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First Read’s Morning Clips: How Does Trump Fill in the Blanks?

TRUMP AGENDA: How does he fill in the blanks?

NBC's Benjy Sarlin previews tonight's speech: "Nobody projects confidence like President Donald Trump, who won while promising to take America in a bold new direction by almost sheer force of will. More than a month after taking office, though, no one seems to know exactly what direction he means. On three critical parts of his agenda — health care, tax reform and infrastructure — Trump has given limited or contradictory directions about what he expects Congress to do."

The AP's lede: "With his first address to Congress, President Donald Trump has an opportunity to refocus his young administration on the economic issues that helped him get elected. His allies hope it will help him move beyond the distractions and self-inflicted wounds that he has dealt with so far."

From Leigh Ann Caldwell and Ali Vitali: "The White House and congressional Republicans pushed back Monday on reports that aides with President Donald Trump's campaign had contact with Russians — continuing a story line that continues to dog the administration. The administration's defensive strategy — including outreach to Senate Intelligence Committee chairman Richard Burr and House Intelligence chairman Devin Nunes to counter the media narrative — comes as even some Republicans are questioning the independence of a congressional-led investigation."

And Caldwell also lays out what has — and hasn't — happened on the Hill so far this year.

Trump gives himself a "C" for messaging but says he should get an "A" for his actual achievements so far. (And he says Obama is behind the protests against him and the GOP Congress.)

The New York Times: "President Trump put both political parties on notice Monday that he intends to slash spending on many of the federal government's most politically sensitive programs — relating to education, the environment, science and poverty — to protect the economic security of retirees and to shift billions more to the armed forces."

And the Washington Post: "President Trump is preparing a budget that would fulfill some of his top campaign promises by boosting military spending while cutting domestic programs. But his reluctance to embrace cuts to entitlement programs could lead to sharp tensions with Republicans in Congress who have long argued that Medicare and Social Security must be overhauled to ensure the government's fiscal health."

DOJ Watch: "The Justice Department on Monday dropped its long-standing position that Texas intended to discriminate when it passed a strict voter-ID law, a sharp turn from the Obama administration's push to challenge restrictive state voting laws," writes the Washington Post. "The Texas case is the first window into how the Trump administration and Attorney General Jeff Sessions will approach the highly charged issue of voting rights. President Trump has alleged without evidence that massive voter fraud led to his loss of the popular vote in November to Democrat Hillary Clinton. Voter advocates fear that these claims will be used to justify more restrictions on voters."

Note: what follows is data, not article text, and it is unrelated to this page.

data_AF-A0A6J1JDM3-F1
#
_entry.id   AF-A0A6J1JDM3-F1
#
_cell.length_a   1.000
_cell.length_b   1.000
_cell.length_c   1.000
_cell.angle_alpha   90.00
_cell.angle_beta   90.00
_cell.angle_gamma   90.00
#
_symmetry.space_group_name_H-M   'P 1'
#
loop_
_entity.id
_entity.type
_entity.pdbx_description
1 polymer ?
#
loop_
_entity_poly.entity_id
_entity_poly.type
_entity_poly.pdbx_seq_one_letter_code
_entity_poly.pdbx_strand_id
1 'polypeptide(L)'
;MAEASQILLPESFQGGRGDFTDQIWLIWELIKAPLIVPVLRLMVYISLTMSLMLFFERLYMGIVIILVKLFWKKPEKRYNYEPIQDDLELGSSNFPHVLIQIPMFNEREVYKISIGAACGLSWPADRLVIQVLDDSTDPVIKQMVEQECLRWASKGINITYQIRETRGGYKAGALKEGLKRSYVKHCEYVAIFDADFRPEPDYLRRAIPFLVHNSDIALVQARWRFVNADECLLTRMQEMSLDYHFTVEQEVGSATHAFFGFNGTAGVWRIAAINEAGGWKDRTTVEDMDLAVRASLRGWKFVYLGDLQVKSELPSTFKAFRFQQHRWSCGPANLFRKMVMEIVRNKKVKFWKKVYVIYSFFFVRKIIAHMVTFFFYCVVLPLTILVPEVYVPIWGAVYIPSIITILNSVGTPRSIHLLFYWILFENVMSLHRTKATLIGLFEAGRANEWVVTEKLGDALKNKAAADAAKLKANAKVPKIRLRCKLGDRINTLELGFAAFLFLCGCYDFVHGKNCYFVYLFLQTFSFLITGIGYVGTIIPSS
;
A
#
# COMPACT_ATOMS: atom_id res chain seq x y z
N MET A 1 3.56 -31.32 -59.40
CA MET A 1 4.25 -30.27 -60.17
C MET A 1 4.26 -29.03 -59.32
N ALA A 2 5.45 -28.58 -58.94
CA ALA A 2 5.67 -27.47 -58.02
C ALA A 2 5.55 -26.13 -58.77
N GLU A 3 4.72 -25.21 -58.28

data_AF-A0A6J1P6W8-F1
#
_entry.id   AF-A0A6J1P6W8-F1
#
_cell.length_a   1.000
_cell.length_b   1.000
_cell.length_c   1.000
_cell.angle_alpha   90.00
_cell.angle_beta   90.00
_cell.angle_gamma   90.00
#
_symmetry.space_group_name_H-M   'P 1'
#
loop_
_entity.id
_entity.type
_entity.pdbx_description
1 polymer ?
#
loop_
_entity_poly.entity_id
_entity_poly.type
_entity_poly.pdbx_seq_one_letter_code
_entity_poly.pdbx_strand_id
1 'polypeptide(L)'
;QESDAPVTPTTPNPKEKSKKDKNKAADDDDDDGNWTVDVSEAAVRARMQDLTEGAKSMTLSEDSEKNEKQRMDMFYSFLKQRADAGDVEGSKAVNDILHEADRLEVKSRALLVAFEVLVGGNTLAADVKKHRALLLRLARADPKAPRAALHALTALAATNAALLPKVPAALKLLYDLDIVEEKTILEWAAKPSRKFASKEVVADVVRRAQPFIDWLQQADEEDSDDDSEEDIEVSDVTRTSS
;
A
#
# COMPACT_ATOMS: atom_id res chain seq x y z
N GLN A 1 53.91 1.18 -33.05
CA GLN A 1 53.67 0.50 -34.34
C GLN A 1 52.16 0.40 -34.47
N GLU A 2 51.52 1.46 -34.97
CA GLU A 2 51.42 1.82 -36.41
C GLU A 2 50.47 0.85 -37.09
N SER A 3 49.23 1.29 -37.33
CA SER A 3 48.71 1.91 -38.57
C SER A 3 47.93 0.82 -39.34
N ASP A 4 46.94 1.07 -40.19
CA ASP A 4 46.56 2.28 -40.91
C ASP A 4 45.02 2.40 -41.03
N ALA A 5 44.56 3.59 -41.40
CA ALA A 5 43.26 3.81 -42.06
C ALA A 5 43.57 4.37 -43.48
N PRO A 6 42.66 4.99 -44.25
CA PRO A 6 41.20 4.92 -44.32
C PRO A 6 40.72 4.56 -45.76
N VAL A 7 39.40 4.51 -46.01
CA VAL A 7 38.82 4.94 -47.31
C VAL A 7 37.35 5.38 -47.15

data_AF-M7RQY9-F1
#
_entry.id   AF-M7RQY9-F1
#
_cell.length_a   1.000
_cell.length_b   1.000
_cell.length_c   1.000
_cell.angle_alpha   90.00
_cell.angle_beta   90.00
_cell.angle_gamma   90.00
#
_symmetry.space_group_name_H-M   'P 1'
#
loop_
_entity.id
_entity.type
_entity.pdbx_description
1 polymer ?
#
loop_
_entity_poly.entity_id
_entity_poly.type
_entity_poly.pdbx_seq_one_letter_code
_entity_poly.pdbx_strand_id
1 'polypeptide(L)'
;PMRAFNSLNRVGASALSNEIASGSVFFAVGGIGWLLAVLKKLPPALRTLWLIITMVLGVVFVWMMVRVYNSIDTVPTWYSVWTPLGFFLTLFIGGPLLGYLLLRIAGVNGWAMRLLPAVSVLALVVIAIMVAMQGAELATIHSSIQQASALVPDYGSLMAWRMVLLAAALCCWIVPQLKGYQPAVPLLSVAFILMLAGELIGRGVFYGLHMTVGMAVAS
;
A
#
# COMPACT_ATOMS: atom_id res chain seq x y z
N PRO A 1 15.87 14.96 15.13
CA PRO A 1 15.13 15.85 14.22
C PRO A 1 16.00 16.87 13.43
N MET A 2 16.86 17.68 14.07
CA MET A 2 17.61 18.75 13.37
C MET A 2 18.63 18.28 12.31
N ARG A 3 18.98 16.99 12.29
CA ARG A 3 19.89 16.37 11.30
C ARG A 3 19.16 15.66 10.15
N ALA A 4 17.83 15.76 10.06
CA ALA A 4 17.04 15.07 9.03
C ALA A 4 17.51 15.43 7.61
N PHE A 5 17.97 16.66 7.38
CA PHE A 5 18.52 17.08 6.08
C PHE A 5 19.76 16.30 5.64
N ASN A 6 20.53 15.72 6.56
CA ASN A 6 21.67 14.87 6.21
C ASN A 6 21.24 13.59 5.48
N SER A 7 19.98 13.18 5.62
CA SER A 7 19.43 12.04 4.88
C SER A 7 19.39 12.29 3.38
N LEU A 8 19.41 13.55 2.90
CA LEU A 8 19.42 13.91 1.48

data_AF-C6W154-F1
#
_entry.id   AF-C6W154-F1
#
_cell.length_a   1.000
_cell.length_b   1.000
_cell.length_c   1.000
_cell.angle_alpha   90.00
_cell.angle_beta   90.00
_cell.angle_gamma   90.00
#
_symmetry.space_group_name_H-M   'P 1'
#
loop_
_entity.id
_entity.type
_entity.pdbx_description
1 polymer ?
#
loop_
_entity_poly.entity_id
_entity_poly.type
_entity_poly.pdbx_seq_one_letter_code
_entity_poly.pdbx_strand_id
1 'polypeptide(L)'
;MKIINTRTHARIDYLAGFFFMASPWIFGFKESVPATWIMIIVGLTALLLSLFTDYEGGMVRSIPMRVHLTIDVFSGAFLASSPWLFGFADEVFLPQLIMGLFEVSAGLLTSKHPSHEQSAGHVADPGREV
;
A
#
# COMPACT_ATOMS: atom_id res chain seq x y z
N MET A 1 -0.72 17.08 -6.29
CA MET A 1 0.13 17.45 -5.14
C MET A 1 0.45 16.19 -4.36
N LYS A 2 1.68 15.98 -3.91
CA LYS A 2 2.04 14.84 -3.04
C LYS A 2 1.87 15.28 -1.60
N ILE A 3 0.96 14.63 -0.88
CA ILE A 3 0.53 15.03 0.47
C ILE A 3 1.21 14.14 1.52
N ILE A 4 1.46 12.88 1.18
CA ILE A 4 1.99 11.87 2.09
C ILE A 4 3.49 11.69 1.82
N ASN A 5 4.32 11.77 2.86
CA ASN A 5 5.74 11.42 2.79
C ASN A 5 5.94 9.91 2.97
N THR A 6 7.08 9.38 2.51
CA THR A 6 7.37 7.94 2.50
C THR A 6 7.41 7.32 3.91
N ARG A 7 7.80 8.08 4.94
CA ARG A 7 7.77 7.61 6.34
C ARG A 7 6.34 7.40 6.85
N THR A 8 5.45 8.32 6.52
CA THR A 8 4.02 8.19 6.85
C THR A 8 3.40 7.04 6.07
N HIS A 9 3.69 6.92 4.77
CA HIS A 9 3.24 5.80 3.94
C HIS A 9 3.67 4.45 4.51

The Wall Street Journal: "President Donald Trump on Tuesday will sign one executive order aimed at repealing an Obama-era water regulation and another that would move an initiative to assist historically black colleges and universities from the Education Department into the White House, an administration official said."

Trump is also arguing that many federal jobs simply do not need to be filled.

ICYMI: Trump admitted yesterday that health care is "unbelievably complex."

Billionaire Wilbur Ross has been confirmed as Commerce Secretary.

Bloomberg's Josh Green has a big profile on Stephen Miller.

POLITICO: "As president, Trump sits at the top of a massive bureaucracy not of his own making, a complex hierarchy designed to help him handle the most information-intensive, crisis-driven job in the world. He appears to be struggling to adapt. Hundreds of positions remain vacant, key posts have been declined by wary nominees, poorly vetted picks have withdrawn or been rejected, and the day-to-day functioning of the West Wing has become its own running news story. Trump has dismissed the accounts of turmoil as "fake news," insisting his administration is running like a fine-tuned machine. But for those who have known him, studied him and worked with him the longest, the more pressing question is whether Trump will be able to scale up. Is his well-established idiosyncratic style as a manager suited for this monumental task?"

An exclusive last night from NBC News: "Last month's deadly commando raid in Yemen, which cost the lives of a U.S. Navy SEAL and a number of children, has so far yielded no significant intelligence, U.S. officials told NBC News. Although Pentagon officials have said the raid produced "actionable intelligence," senior officials who spoke to NBC News said they were unaware of any, even as the father of the dead SEAL questioned the premise of the raid in an interview with the Miami Herald published Sunday."

One of us(!) writes about how viewers of different news outlets see the president and the state of the nation.